Table 2
Food patterns and factorial loads of the foods that make up each pattern, identified by analyzing the sample food frequency questionnaire.

Adherence scores to each dietary pattern (Table 3) were assessed according to anthropometric, demographic, and clinical (joint and cutaneous activity) variables. Pattern 1 was associated with more recent psoriasis. The female sex showed greater adherence to Pattern 2, as well as patients with higher age and income. There was an inverse association of WHR with adherence to Pattern 2, as well as with cutaneous activity (plaques).

Table 3
Multivariate comparison of the scores of dietary patterns with anthropometric, demographic, and psoriasis-related variables (n = 94).

The multivariate correspondence analysis (Fig. 1) indicated a relationship between lower adherence to the processed diet and greater adherence to the fresh diet, as well as with females, absence of lipid and blood pressure alterations, in addition to lower WHR and eutrophy. The presence of joint psoriasis was related with obesity.

Figure 1
Perceptual map of the main demographic, clinical, and anthropometric variables and adherence to dietary patterns in 94 patients with psoriasis. Quantitative variables were categorized according to the tertile of the distributions. DM, diabetes mellitus; BMI, body mass index; WTH, waist-to-hip ratio; AH, arterial hypertension. Standardized scores for P1 and P2 ranged from −3 to +3 according to adherence to each dietary pattern.

Discussion

Two patterns of food consumption were identified in patients with psoriasis, which were associated with clinical and anthropometric factors and MS markers.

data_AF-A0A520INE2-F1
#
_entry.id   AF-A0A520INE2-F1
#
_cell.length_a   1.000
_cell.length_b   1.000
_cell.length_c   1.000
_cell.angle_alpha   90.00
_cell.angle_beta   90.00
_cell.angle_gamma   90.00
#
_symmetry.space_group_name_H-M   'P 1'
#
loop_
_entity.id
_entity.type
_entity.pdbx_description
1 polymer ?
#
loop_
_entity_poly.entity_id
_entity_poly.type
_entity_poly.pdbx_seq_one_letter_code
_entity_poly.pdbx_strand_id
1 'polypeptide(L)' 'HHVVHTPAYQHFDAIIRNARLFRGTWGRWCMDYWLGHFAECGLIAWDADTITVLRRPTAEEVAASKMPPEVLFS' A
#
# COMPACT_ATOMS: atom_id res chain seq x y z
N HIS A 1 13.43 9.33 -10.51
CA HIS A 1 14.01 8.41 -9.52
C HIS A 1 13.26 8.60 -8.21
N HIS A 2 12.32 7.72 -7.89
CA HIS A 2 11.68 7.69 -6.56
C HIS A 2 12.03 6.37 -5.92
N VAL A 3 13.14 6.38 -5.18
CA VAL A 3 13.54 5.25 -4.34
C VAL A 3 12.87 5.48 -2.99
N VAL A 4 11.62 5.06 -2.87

Nutrition is a complex phenomenon, and since isolated foods or nutrients are generally not considered to be harmful to health, the assessment of the cumulative effect of diet on health through dietary patterns can help determine which are the most favorable for a population and provide a more accurate description of eating habits.2323 Fabiani R, Naldini G, Chiavarini M. Dietary patterns and metabolic syndrome in adult subjects: a systematic review and meta-analysis. Nutrients. 2019;11:E2056.

Food patterns are transitioning worldwide, influenced by several factors, such as income, food costs, individual food preferences, beliefs, cultural traditions, and geographic, behavioral, and socioeconomic aspects.2424 Mattei J, Malik V, Wedick NM, Hu FB, Spiegelman D, Willett WC, et al. Reducing the global burden of type 2 diabetes by improving the quality of staple foods: The Global Nutrition and Epidemiologic Transition Initiative. Global Health. 2015;11:23.

According to the Family Budget Survey (Pesquisa de Orçamento Familiar; POF 2018/2019), an increase in the consumption of foods with lower nutritional density, higher concentration of energy, total lipids, sugar, and sodium has been observed in Brazil over the past decades.2525 Popkin BM, Reardon T. Obesity and the food system transformation in Latin America. Obes Rev. 2018;19:1028-64.,2626 IBGE. Pesquisa de Orçamentos Familiares 2008-2009 - Despesas, Rendimentos e Condições de Vida. Rio de Janeiro: IBGE; 2010. The most important changes in this regard were a reduction in the consumption of beans (31%), roots and tubers (32%), and eggs (84%), and an increase in the consumption of cookies (400%), soft drinks (400%), meats (50%), and milk (36%), i.e., an increase in diets rich in processed and ultra-processed foods, characterizing the so-called Western diet, which is associated with increased obesity, MS, neoplasms, and inflammatory diseases.2727 Hassannejad R, Kazemi I, Sadeghi M, Mohammadifard N, Roohafza H, Sarrafzadegan N, et al. Longitudinal association of metabolic syndrome and dietary patterns: a 13-year prospective population-based cohort study. Nutr Metab Cardiovasc Dis. 2018;4:352-60.,2828 Bray GA, Heisel WE, Afshin A, Jensen MD, Dietz WH, Long M, et al. The science of obesity management: an endocrine society scientific statement. Endocr Rev. 2018;2:79-132.